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NEWS BRIEFS: Amber Alert issued for unborn baby; man opens fire at Crystal Cathedral; judge approves candy cane pens

NASHVILLE, Tenn. (BP)–A two-day old health baby was found in Kansas Friday, Dec. 17, after police received a telephone tip, according to afternoon news reports.

An Amber Alert, typically issued for missing children, had been in effect for an unborn baby who was cut from its mother’s womb after she was murdered at her home in Skidmore, Mo., Dec. 16.

The mother was eight months pregnant at the time of her death.

Details were minimal at press time, but authorities had said the suspect may have blonde hair and may be driving a red two-door vehicle, which neighbors say was parked outside the home around the time of the murder.

Bobbi Jo Stinnet was killed around 3 p.m. CT, police said, and her mother discovered her body about an hour later. Sheriff Bill Epsey told the Associated Press strangulation was being considered as a cause of death, and there were no visible signs of a struggle or signs of forced entry into the home. The victim’s husband was ruled out as a suspect because he was at work at the time.

“Someone was wanting a baby awful bad,” Epsey said.

The case is significant for the right to life movement because an Amber Alert was issued for an unborn child.

SHOOTING AT CRYSTAL CATHEDRAL — A church musical director with a history of mental illness opened fire inside the Crystal Cathedral in Orange County, Calif., Dec. 16 and killed himself after a nine-hour standoff with police. No one else was injured in the incident.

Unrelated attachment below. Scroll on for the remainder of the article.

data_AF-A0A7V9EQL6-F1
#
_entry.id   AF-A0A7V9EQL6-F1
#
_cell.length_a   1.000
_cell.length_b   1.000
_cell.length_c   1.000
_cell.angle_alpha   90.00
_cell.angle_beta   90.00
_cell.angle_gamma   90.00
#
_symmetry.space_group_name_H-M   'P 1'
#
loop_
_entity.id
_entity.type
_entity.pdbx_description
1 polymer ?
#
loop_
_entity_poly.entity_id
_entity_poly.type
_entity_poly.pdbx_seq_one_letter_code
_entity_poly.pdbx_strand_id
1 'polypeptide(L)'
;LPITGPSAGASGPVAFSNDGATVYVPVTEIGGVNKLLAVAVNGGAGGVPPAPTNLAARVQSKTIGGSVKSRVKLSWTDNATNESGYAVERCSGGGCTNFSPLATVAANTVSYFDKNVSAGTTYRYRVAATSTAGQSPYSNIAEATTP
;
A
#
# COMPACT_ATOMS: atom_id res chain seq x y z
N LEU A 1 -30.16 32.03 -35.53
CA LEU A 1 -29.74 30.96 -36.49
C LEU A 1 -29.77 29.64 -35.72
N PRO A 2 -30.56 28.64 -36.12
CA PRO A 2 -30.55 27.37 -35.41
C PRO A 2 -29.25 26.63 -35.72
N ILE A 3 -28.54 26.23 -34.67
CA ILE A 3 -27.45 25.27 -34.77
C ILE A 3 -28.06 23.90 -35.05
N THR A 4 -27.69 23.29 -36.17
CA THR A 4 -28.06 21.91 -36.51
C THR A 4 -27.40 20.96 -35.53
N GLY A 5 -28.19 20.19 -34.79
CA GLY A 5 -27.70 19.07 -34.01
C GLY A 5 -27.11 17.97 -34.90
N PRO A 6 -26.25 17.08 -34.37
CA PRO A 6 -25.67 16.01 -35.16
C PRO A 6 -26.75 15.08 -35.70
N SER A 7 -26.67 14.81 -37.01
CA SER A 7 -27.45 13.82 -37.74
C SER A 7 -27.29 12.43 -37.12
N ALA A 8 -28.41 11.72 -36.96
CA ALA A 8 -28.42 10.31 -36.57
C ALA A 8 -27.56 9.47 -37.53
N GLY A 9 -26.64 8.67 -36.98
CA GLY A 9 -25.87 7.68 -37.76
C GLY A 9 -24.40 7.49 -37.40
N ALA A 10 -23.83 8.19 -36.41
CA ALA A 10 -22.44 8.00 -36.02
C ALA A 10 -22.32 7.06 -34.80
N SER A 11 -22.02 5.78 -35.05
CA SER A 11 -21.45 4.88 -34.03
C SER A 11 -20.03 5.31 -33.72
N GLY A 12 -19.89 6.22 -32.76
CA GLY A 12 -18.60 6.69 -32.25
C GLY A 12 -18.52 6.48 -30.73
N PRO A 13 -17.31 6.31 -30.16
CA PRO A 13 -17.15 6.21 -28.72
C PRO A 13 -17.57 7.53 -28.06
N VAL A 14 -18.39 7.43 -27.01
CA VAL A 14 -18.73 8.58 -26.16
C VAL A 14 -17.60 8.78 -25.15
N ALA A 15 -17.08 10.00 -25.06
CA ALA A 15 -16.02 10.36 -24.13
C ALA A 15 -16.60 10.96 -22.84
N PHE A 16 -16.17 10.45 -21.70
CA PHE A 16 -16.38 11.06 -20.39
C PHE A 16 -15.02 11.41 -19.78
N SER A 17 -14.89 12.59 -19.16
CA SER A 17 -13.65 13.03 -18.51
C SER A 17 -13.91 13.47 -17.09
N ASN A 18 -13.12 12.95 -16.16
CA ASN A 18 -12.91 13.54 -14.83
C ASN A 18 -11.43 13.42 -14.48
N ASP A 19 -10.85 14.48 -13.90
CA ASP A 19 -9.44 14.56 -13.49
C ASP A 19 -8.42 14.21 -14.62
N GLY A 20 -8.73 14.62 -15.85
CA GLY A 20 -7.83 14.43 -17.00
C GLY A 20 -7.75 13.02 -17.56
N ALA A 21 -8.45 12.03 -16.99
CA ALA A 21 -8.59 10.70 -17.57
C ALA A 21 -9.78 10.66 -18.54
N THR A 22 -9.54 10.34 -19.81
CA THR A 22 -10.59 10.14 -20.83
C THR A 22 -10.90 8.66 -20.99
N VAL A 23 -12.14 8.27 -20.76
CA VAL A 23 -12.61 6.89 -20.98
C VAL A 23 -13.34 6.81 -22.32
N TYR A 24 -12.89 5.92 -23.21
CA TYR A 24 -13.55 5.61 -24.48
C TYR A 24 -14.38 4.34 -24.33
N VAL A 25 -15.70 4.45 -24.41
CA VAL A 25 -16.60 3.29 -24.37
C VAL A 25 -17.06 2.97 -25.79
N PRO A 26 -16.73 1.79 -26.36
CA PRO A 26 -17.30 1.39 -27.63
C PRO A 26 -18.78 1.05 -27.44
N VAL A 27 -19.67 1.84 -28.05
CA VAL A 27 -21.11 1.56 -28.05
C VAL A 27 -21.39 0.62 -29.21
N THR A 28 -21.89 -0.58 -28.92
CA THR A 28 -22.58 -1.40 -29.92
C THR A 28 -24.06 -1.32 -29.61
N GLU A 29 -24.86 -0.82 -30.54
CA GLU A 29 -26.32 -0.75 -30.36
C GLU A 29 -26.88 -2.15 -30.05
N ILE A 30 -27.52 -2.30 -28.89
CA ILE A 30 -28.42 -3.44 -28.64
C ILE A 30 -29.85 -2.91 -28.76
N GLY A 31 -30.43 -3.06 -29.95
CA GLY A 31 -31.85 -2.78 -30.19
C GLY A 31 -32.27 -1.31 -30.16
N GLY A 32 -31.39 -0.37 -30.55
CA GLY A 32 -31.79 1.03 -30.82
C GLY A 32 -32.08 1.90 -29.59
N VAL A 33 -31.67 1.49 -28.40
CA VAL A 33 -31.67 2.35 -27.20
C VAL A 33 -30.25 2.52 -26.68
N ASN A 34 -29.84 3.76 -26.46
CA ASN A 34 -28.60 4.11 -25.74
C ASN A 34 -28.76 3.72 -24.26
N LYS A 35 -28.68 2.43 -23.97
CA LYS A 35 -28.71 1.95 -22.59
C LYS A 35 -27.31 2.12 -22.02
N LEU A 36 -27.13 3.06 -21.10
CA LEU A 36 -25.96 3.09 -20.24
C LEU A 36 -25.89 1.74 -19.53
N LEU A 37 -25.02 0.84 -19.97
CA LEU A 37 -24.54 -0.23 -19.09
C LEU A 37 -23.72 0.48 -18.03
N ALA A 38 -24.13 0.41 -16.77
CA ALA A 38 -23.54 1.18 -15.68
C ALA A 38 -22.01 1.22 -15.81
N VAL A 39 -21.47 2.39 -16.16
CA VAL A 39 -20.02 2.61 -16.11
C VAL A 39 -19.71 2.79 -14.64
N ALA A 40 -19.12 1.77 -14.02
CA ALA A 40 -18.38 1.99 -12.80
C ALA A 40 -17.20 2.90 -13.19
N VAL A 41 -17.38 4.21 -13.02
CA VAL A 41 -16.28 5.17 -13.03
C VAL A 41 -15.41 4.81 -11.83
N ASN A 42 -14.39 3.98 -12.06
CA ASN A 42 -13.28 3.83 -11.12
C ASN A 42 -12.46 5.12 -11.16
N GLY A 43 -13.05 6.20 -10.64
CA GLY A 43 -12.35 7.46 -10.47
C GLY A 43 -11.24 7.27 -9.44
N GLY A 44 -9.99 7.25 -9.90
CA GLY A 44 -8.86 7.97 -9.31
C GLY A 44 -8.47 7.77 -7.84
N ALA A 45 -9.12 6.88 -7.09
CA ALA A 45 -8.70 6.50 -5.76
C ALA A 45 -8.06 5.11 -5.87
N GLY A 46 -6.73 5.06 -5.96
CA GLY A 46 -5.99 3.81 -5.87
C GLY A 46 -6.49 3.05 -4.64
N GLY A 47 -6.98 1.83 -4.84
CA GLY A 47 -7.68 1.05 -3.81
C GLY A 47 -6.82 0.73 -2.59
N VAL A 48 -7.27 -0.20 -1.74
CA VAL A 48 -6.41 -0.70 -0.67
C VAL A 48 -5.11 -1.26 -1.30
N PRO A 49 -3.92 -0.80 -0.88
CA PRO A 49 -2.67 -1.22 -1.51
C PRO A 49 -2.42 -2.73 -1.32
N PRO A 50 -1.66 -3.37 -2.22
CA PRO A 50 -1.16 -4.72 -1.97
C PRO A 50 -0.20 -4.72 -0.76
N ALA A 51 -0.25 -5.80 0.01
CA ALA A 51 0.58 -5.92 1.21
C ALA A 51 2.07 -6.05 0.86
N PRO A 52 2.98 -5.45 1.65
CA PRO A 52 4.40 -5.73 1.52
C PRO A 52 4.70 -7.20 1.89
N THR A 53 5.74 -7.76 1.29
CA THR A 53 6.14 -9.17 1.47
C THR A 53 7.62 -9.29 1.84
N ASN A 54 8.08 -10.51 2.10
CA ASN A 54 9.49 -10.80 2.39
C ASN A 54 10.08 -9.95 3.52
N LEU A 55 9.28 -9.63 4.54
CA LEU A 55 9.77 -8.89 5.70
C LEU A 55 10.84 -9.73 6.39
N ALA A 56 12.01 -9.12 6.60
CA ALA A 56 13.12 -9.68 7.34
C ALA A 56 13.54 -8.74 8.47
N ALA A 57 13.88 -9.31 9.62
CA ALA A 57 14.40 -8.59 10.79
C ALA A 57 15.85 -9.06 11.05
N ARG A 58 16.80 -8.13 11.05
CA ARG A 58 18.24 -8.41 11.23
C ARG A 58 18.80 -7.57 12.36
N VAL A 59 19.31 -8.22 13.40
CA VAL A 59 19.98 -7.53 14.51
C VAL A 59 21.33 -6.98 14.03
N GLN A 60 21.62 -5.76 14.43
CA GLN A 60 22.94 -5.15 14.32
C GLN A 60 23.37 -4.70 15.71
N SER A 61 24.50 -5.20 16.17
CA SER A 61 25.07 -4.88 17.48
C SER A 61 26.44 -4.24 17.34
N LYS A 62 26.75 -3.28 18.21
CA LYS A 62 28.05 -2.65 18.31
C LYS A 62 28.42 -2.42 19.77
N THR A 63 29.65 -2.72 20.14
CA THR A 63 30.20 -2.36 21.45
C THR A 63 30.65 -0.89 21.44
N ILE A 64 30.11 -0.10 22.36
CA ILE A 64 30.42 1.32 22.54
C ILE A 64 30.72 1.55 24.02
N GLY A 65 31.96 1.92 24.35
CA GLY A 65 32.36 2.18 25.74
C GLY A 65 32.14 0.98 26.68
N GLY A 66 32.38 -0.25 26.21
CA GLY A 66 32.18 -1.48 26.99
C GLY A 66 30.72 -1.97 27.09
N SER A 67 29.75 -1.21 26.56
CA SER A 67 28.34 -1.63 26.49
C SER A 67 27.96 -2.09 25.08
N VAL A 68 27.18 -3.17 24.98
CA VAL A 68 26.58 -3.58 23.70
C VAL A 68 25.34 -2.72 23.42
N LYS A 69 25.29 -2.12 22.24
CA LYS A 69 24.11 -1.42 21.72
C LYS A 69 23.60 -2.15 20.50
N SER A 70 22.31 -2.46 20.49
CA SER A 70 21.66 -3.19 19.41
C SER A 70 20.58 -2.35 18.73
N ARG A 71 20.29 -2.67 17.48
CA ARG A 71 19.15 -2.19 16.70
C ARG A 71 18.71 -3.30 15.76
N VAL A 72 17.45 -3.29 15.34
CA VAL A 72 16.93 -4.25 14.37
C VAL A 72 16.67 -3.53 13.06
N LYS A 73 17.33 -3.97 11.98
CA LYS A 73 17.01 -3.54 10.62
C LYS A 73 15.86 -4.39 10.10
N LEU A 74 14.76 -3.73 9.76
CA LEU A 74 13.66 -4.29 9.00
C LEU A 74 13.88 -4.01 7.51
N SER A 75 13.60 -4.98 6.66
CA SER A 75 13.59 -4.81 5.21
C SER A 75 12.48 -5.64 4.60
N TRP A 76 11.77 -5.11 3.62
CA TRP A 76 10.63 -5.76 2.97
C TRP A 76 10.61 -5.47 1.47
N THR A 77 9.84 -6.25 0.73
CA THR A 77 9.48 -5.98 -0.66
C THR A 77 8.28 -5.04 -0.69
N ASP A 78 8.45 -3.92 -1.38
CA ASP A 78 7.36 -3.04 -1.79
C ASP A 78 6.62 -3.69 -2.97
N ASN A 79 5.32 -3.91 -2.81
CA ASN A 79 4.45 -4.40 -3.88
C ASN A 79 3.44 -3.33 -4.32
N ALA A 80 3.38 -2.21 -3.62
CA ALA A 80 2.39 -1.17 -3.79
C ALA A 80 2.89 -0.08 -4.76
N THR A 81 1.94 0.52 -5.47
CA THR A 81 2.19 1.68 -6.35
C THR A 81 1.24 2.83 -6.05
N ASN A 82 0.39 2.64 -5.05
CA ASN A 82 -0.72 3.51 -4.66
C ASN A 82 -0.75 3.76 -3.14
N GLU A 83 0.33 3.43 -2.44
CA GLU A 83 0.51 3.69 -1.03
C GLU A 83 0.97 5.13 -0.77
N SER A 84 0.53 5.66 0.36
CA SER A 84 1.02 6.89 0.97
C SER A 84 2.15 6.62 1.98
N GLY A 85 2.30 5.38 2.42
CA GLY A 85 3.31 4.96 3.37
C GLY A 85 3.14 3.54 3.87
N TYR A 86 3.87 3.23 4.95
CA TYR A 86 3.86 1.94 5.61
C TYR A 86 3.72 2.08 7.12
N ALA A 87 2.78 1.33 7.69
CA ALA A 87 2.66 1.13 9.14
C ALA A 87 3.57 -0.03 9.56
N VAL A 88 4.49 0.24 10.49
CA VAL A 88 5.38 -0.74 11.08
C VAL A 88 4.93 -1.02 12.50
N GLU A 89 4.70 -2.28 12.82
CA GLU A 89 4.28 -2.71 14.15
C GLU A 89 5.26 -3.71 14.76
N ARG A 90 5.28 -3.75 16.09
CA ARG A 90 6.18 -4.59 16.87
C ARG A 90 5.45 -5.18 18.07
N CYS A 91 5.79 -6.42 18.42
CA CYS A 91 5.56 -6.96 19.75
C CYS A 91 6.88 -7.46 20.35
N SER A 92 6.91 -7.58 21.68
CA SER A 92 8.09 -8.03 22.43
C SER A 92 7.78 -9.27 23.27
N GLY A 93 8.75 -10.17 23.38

Authorities say Johnnie Wayne Carl, 57, began firing shots on the cathedral’s concourse level, where about 100 cast members were preparing for the first of two Glory of Christmas programs that night. He then went alone to an office and eventually barricaded himself inside a bathroom. Children in a day-care center at the church were rushed to safety, the Associated Press reported.

A SWAT team was called to the scene, and police attempted to negotiate with the gunman, who was a full-time employee of the church. Robert Schuller, the well-known pastor of the Crystal Cathedral, went to a police command post near the church and taped a personal message for the man, the AP said, but police did not have a chance to play that message or one from the man’s wife before he shot himself.

The Crystal Cathedral opened in 1980 and has more than 10,000 members and a sanctuary that seats 2,900 people. It is also known as an architectural icon with more than 10,000 windows of silver-colored glass.

JUDGE APPROVES CANDY CANE PENS AT SCHOOL — In a victory for pro-family groups, a federal judge issued a temporary restraining order against a Texas school district Dec. 16, thus allowing school children there to exchange Christian-themed gifts.

U.S. District Paul Brown’s order against the Plano Independent School District said that “there is substantial likelihood that Plaintiffs will prevail on the merits” when the case receives a full hearing. Attorneys for the Liberty Legal Institute and the Alliance Defense Fund – two pro-family legal groups – filed the lawsuit Dec. 15. They asked for the temporary restraining order because “winter break” parties were scheduled to take place Dec. 17 in the Dallas-area school district.

One year ago at the same party, Jonathan Morgan, a third-grade student, allegedly was prevented from handing out “goody bags” that included candy canes with a Christian message. That student, along with a handful of others, are involved in the lawsuit.

“The court finds that there is evidence that Plaintiffs will suffer irreparable injury if the court does not grant the Temporary Restraining Order and that the injury will occur immediately,” Brown wrote.

Attorneys for the children’s families praised the ruling.

“We are very pleased with Judge Brown’s decision to uphold the Constitution and grant the students the right to express their religious beliefs as they desire,” Hiram Sasser, director of litigation for Liberty Legal Institute, said in a statement.

Doug Morgan, Jonathan’s father, told the AP that his son “really feels affirmed that exercising his right of religious expression in public is appropriate.”

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